ACOSS supports floods levy but questions proposed spending cuts

27 January 2011

The Australian Council of Social Service welcomes the Federal Government’s prompt action to fund essential work to restore infrastructure damaged by the floods in Queensland, including the imposition of a temporary flood disaster levy, but believes spending cuts in high priority areas such as affordable housing should be avoided.

“Overall we are pleased that the Federal Government has acted quickly to support the vital reconstruction efforts of the Queensland Government and support the idea that all Australians with the means to contribute to this effort do so through a flood disaster levy,” ACOSS CEO, Dr Cassandra Goldie said today.

“This is similar in principle to previous levies for purposes such as the buy-back of guns after the Port Arthur massacre, which were widely supported. An income tax levy with an exemption for low income earners is the fairest approach.

“The main weakness of the proposed levy is that it covers less than one-third of the predicted flood costs leaving the rest to be met through spending cuts in other areas. However, ACOSS supports the use of cuts in poorly targeted spending to assist with the reconstruction effort.

“Indeed we have called for more action to rein in poorly targeted spending in the Federal Budget, including tax concessions that mainly benefit high income Australians. For instance tax breaks on golden handshakes and removal of tax shelters on private discretionary trusts would have raised in the order of $2.5 billion per year.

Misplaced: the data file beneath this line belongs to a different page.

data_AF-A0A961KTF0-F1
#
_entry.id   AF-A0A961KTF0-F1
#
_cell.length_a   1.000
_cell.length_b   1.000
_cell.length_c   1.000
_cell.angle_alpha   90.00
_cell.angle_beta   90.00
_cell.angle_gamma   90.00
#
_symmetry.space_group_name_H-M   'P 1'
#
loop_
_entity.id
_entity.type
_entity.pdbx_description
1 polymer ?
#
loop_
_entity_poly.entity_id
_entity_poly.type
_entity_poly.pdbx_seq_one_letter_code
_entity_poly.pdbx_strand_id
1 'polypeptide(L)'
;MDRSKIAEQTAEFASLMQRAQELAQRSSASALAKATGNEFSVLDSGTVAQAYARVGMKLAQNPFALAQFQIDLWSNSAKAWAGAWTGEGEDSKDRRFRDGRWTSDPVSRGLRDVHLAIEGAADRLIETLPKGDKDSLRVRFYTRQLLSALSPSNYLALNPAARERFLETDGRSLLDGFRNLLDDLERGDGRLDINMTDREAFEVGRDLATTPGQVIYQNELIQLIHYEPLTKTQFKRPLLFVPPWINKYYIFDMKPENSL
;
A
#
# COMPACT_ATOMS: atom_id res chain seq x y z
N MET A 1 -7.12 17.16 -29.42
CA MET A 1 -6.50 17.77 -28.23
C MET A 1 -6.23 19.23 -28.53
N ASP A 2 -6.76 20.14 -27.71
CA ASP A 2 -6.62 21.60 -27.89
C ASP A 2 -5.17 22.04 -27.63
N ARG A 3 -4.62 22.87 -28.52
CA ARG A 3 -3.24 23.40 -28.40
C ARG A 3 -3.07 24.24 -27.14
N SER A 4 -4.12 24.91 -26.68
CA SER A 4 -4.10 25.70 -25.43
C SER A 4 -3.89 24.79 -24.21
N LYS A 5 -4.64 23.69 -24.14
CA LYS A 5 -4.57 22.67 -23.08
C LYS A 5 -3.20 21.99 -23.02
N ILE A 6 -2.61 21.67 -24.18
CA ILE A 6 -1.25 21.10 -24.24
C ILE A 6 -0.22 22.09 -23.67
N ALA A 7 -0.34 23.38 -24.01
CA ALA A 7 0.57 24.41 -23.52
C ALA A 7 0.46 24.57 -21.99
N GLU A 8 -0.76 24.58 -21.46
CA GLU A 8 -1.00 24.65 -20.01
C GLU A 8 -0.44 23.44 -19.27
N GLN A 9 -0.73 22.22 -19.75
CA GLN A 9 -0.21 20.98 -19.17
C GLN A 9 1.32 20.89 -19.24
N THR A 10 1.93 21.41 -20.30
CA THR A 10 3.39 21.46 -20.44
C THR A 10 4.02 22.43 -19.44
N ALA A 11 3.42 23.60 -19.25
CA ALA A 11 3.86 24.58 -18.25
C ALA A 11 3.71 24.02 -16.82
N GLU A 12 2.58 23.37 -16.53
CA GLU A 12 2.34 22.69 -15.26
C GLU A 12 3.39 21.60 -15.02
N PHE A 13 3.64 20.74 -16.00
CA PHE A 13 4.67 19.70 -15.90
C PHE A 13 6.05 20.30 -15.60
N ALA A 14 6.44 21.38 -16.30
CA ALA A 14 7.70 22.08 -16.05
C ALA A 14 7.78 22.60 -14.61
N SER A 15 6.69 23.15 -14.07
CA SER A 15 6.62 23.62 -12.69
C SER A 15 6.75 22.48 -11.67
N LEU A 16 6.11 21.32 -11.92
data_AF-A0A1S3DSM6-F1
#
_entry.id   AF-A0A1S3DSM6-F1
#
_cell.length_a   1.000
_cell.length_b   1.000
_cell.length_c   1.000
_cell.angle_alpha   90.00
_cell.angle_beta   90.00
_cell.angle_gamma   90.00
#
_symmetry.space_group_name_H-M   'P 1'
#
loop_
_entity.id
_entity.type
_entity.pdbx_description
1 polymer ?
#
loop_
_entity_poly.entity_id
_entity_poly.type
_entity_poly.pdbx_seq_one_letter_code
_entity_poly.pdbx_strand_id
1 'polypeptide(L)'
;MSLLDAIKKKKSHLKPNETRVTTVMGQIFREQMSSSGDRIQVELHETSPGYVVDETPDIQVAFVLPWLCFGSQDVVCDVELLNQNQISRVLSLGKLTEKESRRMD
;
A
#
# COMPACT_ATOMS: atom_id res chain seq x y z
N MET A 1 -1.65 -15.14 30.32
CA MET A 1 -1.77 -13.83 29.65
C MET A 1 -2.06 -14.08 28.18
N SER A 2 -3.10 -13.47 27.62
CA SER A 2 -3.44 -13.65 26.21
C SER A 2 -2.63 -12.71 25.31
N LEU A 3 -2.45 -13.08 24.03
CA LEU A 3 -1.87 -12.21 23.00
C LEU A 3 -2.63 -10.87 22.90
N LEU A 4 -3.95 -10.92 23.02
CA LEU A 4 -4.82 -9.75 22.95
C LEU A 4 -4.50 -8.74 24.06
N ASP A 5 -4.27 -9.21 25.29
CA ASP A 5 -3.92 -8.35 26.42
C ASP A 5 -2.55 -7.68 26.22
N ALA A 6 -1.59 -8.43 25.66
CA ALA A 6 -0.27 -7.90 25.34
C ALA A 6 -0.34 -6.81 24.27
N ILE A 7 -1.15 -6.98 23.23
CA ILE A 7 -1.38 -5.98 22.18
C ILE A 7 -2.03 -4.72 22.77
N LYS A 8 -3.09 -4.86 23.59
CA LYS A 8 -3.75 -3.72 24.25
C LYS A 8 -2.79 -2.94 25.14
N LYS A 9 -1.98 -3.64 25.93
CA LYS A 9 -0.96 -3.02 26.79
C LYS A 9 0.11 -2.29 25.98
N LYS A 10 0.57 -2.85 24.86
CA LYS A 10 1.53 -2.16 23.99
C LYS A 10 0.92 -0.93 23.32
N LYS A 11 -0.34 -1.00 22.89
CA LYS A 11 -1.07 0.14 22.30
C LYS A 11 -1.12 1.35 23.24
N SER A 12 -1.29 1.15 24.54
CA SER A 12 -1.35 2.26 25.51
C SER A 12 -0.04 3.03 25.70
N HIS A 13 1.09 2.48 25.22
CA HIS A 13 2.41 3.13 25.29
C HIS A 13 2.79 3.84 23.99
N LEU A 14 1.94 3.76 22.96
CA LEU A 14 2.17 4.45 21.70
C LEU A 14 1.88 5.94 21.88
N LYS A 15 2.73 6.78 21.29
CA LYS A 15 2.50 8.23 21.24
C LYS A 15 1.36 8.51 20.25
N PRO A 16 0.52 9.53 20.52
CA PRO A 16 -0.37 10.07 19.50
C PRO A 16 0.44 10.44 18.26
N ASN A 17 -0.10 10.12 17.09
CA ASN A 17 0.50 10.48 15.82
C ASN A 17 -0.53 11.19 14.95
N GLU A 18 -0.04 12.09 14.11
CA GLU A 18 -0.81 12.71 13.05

“ACOSS is disappointed that some of the spending cuts affect programs that are vital to improve the living standards of people on low incomes, especially the National Rental Affordability Scheme which is being cut at a time of great need for affordable housing, both before and after the floods. The axed Greenstart scheme also had the potential to assist low income households to reduce their energy costs.

“ACOSS is supportive of the other proposed cuts to the carbon abatement scheme, which on the whole were not efficient and well directed programs. Nevertheless it is important that the partnership agreement with the Queensland government requires reconstruction to be done in accordance with high standards of energy and water efficiency, and for proofing against future climate-related risks.

“The community and social services sector is playing a crucial role on the ground assisting those most affected by these floods and therefore has a key role to play in the decision making process, including the Flood Taskforce,” Dr Goldie said.

Media Contact: Fernando de Freitas 0419 626 155

Also see ACOSS Opinion piece: ‘Responding to a national crisis: business not the only voice in town’